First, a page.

[00:37:51] And then kind of trying to create a role with them. Or a persona if you will. So thinking of that story is like my persona.
And I think maybe about the way that Aricka talks about like the water and its immersiveness in terms of her surrealism. And I feel like that’s a separate group poems. And I’m like, see you, like, in the way that I feel candy is like my safe place, my happy place, I feel like how Aricka talks about the ocean and the sea and the water is that space for her as well.
[00:38:24] Michaela Ayers: Yeah. Yeah, no, totally. Well, and I, I appreciate this idea of that poem serving as a kind of self-portrait and the objects that we get to visualize and come encounter with, you know, those being offerings of place, but also of a person in a way, not necessarily your personality, but the things that you see, the things that you’re attracted to.
[00:38:46] So, you know, in that idea of like an offering or a persona, I guess, what has the practice of writing taught you about yourself?
[00:38:57] Brittany Rogers: I’m hard on myself. I think I’m probably best in the editing phase of writing, but I also think that’s because I’m like, well, no, this could be different. This could be better.
[00:39:11] Something that I had to learn to push past, and I’m still like working towards, is playing more in my writing and just getting comfortable with it.
Like, okay, what if I do this? I think for a long time, my writing was just like very strictly narrative. Very strictly the I, because I think I wanted to be very careful to write about like what I knew or what I had experienced.
[00:39:33] And I think within like the past couple of years, it’s kind of shifted to more of like, okay, I want to wonder more. I want to risk more. And I am, I’m a Taurus’s Taurus. I’m very grounded. You know what I’m saying? I like consistency. I like what I can touch and put my hands on, and to know what’s going to be the outcome.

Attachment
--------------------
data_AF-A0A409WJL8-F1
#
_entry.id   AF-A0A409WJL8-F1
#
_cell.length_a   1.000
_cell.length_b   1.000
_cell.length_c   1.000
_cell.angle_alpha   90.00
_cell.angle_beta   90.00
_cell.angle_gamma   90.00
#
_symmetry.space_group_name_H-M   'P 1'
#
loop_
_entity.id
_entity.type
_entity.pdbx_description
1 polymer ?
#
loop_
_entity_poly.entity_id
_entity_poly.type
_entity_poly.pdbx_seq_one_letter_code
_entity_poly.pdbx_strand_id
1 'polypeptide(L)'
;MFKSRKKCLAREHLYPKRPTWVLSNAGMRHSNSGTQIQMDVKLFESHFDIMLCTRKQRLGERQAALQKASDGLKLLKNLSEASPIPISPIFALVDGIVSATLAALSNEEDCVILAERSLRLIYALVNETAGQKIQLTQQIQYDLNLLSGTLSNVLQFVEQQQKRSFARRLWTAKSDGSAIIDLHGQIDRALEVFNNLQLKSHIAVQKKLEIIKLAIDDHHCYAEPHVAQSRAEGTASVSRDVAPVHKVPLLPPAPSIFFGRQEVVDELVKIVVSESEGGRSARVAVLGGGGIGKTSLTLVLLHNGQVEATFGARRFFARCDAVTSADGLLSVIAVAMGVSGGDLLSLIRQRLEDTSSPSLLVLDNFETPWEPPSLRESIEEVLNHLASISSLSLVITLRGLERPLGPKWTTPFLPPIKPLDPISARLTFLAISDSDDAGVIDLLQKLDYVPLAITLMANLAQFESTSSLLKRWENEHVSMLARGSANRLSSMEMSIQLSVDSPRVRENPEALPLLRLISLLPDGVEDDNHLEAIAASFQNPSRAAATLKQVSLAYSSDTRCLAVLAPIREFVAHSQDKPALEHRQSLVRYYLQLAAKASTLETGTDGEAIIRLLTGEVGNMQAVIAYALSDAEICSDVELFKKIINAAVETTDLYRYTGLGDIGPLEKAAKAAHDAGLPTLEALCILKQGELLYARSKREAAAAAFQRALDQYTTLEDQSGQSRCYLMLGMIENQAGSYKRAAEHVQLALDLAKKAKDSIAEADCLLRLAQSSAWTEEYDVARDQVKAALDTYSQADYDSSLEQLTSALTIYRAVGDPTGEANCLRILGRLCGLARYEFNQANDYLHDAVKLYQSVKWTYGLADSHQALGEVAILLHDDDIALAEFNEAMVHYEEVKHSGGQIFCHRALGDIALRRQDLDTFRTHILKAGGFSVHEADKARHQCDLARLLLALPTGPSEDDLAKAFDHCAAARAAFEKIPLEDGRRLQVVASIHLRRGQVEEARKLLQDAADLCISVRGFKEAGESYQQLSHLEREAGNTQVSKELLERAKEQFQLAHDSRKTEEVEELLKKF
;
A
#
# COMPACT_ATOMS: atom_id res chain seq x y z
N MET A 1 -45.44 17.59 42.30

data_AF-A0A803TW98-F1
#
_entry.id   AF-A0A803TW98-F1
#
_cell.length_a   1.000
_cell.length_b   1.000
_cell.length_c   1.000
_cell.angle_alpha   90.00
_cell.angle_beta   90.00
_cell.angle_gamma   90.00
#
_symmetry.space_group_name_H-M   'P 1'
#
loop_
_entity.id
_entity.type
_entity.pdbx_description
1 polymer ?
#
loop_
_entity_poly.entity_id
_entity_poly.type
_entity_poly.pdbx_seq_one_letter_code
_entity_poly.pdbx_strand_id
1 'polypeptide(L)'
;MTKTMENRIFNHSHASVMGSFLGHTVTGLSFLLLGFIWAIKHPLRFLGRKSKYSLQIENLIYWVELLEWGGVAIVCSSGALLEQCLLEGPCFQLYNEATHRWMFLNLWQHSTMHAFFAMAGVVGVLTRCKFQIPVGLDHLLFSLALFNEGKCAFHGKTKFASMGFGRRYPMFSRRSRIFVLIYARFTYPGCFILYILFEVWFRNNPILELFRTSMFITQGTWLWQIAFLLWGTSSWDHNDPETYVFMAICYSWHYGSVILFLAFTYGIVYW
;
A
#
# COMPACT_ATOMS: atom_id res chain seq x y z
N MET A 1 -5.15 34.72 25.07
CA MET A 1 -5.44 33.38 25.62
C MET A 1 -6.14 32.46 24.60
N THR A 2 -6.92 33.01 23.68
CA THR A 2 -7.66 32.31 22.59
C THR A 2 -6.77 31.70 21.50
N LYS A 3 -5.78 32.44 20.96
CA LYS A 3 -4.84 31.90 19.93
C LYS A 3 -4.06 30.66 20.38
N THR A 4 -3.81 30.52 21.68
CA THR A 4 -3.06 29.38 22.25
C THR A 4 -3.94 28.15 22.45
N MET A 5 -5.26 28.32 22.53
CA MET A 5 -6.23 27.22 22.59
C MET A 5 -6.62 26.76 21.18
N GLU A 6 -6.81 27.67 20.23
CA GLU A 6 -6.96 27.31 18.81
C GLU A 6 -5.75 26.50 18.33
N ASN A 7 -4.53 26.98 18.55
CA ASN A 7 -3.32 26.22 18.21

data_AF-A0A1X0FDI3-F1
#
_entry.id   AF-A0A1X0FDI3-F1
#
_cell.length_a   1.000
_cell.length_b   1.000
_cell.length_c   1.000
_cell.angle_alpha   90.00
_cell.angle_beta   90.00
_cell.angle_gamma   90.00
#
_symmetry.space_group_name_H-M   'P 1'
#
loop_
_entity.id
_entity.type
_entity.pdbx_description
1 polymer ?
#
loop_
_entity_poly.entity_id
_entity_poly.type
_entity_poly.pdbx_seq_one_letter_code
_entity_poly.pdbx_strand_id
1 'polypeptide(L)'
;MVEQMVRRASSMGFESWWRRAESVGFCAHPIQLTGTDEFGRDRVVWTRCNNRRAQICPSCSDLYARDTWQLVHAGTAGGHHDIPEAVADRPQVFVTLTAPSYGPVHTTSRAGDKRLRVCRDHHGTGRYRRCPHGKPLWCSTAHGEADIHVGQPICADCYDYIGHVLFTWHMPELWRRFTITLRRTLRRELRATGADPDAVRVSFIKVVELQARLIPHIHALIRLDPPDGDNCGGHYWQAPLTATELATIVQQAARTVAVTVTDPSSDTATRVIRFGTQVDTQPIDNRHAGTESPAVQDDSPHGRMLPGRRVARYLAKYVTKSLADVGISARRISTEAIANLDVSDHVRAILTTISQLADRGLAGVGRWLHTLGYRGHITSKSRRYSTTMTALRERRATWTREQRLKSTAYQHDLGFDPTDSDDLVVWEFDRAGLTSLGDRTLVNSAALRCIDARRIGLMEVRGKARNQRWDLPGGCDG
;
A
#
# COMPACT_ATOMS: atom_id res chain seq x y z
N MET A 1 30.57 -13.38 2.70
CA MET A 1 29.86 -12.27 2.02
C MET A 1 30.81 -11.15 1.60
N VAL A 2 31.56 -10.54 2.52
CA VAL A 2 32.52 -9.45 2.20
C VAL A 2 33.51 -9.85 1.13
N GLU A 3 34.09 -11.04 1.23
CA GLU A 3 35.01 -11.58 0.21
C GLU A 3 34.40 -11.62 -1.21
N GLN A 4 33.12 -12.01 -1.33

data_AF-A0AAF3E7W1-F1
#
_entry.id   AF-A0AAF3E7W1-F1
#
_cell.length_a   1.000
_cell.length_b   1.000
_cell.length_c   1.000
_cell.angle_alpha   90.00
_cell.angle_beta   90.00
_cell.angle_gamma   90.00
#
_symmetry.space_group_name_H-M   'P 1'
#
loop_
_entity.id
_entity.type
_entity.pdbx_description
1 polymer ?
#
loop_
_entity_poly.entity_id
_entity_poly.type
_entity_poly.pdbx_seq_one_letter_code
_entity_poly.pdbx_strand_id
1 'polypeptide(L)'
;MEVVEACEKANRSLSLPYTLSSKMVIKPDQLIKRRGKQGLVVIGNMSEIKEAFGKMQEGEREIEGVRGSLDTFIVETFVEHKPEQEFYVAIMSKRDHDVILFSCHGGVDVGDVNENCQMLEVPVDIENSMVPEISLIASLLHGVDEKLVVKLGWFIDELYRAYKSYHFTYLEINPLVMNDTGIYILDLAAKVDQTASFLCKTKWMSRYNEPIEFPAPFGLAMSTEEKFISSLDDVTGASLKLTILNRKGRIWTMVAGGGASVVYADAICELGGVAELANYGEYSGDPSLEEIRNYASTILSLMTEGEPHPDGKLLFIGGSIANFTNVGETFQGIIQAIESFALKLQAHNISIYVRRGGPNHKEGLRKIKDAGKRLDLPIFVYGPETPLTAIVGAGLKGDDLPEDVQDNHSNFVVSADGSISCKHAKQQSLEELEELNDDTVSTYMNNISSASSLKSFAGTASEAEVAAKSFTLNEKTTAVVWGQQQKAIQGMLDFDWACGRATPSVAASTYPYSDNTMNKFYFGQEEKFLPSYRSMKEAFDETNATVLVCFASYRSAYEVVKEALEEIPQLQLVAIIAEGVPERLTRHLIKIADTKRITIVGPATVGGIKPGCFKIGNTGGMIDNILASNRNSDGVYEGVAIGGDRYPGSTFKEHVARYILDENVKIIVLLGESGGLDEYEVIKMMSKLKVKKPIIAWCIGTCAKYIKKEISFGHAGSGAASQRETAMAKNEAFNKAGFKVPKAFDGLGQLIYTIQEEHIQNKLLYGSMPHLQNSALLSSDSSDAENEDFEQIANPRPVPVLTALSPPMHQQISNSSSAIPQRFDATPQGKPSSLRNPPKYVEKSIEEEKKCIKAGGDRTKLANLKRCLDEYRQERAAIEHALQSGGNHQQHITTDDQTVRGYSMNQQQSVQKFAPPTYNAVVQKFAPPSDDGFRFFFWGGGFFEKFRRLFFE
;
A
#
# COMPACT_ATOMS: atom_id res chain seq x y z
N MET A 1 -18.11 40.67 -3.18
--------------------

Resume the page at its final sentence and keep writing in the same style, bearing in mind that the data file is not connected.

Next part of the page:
[00:39:55] And that’s something that I’ve had to break away from in my writing. So it’s often just kind of taught me the power of taking risks.
I remember the first poem I wrote and the ending surprised me and I was like woah! Where’d that come from, hold on?
[00:40:11] And so I feel like playing more in my writing has taught me just a lot about like, oh, so I was feeling that that’s crazy. I wonder if all of these things was really this. And I wouldn’t have known had I not played around there. Or you know, wow, I can play around with form, who knew?
[00:40:27] Michaela Ayers: Yeah. Well, and I appreciate hearing a little bit of like that shift in your creative practice, moving from I to imagine.
[00:40:35] And I’m, I’m wondering about like this idea of taking risks and wonder, and like as a Black woman, why is it important to practice that.
[00:40:48] Brittany Rogers: So I think it comes along like this practice of audacity that I’ve been super invested in and what it means to be just as audacious as, or even more audacious, I dare say, because we’ve earned it, than like the writers that we were taught to like laud and celebrate in school.
[00:41:05] I think that our imaginations are boundless. Right. And I think that when you don’t take risks, you don’t really have a full idea of what your capacity could be, or the sorts of ways that you can branch off.
There was a time where I would have been, like, I can never write a poem in form. And now form is one of my favorite parts of my practice because I’m like, oh, what happens to this poem if it becomes a, a Pantoum?
[00:41:29] What happens to this idea if it becomes a huddle or a Sestina, or a sonnet. And I don’t know.
It just, it really, it, it, it breaks, open something in my thinking, and my capacity to like, be more creative, but also be more open to other possibilities and even beyond poems. It’s like, okay, what if this isn’t a poem?
[00:41:47] What if this is like a video? What if this is a lyric essay? What if this is going to be a place somewhere? And I don’t think I would have thought about that had I had not been open to taking more risks.
[00:42:02] Michaela Ayers: Yeah, that makes me go back to what we were talking about before with like vulnerability and like the willingness to be tender and question like, to not, to not know, and the possibilities that emerge from that way of thinking, like you said, our imaginations being this like infinite well of, of ideas. And so,
[00:42:25] Brittany Rogers: Yeah. Absolutely it’s hard not knowing.
[00:42:29] Michaela Ayers: Yeah, it’s uncomfortable. It’s so uncomfortable to not know, because oftentimes I feel like as a Black woman, the expectation is that, you know, and, or you know how to fall in line. And so pushing back against that I think is inherently uncomfortable.